Is a SID with zero subauthorities a valid SID? It depends whom you ask


Here's an interesting table.

Function Is Sub­Authority­Count=0 valid?
IsValidSid Yes
Convert­Sid­To­String­Sid Yes
ConvertString­­Sid­To­Sid No

That last entry creates the unfortunate situation where a SID with no subauthorities can be converted to a string, but cannot be converted back.

If it's any consolation, SIDs with no subauthorities aren't encountered in normal usage, so if you ever accidentally reject one of these, it's not going to inconvenience anyone.

Oh, and the answer to the question at the top: Yes, a SID with zero subauthorities is technically valid. It's a degenerate case that's not very interesting, but it is technically valid.

Comments (6)
  1. anonymouscommenter says:

    Yeah but what does it mean? Everybody?

  2. Dan Bugglin says:

    msdn.microsoft.com/.../cc246018.aspx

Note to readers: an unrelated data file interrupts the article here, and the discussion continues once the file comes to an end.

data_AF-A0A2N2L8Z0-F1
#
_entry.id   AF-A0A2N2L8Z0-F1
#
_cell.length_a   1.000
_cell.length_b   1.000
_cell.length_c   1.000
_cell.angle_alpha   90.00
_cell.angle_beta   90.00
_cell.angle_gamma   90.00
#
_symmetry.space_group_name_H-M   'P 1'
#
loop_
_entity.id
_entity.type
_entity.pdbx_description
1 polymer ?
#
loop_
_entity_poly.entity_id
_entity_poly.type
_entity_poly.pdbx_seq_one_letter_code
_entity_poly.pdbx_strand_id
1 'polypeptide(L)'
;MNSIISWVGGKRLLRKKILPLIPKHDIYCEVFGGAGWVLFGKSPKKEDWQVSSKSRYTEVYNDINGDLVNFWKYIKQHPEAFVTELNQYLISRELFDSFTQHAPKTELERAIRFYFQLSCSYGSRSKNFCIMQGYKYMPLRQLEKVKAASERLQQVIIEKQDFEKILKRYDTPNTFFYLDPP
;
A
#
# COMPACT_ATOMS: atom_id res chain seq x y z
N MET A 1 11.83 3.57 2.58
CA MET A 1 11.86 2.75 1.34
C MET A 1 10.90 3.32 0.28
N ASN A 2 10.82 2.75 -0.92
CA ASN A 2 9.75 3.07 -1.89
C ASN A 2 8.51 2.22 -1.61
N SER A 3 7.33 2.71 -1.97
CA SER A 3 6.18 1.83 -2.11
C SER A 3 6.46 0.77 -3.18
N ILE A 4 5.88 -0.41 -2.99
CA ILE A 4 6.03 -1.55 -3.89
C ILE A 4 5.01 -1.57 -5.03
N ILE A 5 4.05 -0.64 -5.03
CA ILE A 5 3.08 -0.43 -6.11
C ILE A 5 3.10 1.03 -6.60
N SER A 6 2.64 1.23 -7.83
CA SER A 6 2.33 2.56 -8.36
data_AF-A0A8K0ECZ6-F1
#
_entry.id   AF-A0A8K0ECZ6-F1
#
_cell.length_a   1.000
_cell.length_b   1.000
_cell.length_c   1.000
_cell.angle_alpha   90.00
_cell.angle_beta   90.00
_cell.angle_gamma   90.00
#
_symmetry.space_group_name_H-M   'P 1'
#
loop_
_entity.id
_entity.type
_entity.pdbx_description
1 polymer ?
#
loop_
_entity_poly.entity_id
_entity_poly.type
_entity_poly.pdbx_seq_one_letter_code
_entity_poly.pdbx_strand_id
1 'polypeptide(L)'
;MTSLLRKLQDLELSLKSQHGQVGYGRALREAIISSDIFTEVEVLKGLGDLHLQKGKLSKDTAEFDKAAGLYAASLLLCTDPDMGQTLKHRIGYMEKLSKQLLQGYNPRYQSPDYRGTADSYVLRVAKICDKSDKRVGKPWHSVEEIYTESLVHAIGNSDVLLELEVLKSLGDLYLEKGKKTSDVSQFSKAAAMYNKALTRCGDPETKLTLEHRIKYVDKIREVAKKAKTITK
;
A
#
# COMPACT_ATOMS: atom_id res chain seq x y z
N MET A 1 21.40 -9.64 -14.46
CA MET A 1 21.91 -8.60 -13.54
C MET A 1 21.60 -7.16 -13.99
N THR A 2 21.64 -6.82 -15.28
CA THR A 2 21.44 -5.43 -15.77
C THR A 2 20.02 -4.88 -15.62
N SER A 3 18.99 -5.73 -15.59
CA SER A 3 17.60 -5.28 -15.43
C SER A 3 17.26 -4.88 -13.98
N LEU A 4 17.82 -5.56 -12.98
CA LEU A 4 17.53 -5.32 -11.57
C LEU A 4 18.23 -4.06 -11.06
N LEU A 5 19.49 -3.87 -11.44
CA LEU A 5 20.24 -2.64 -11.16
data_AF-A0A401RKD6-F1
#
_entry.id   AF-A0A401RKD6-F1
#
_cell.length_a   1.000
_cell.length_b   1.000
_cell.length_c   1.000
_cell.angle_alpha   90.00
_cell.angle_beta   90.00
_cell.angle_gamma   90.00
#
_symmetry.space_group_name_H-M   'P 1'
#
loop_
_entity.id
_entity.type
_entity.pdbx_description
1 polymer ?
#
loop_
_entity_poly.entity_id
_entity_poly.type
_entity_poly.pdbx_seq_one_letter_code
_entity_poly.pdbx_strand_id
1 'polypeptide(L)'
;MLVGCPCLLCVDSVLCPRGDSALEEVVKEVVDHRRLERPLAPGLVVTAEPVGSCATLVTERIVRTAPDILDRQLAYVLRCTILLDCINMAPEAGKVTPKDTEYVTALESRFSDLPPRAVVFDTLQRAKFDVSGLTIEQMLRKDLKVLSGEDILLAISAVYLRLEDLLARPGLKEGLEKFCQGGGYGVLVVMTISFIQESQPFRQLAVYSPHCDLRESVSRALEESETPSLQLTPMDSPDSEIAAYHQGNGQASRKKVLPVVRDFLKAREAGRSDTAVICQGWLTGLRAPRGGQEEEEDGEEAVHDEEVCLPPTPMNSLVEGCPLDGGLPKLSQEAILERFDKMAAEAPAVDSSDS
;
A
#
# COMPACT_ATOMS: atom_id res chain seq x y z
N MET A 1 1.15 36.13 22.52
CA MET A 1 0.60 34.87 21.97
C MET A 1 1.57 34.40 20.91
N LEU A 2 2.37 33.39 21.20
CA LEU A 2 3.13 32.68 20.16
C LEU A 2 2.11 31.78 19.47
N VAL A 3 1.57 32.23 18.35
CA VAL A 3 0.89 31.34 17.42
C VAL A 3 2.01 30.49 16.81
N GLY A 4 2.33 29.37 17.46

support.microsoft.com/.../243330

    It looks like a lot of the built in SIDs have no subauthority.

  3. Dan Bugglin says:

    Actually on closer inspection, it looks like they DO have a single subauthority, just no relative ID.

  4. anonymouscommenter says:

    @Joshua

    I guess it would be the SID for the authority itself (similar to how a domain sid with no rid is the sid for the domain itself).

  5. Henri Hein says:

    @Joshua,

    Ha, it looks like both "Everyone" and "Nobody" has no sub-authorities.

  6. anonymouscommenter says:

    Well, a sub-authority of Nobody would be ... Nobody?

    A sub authority of Everyone would be ... Somebody (or, Somebodies).

    So a lack of sub-authorities for those two makes perfect sense ;)

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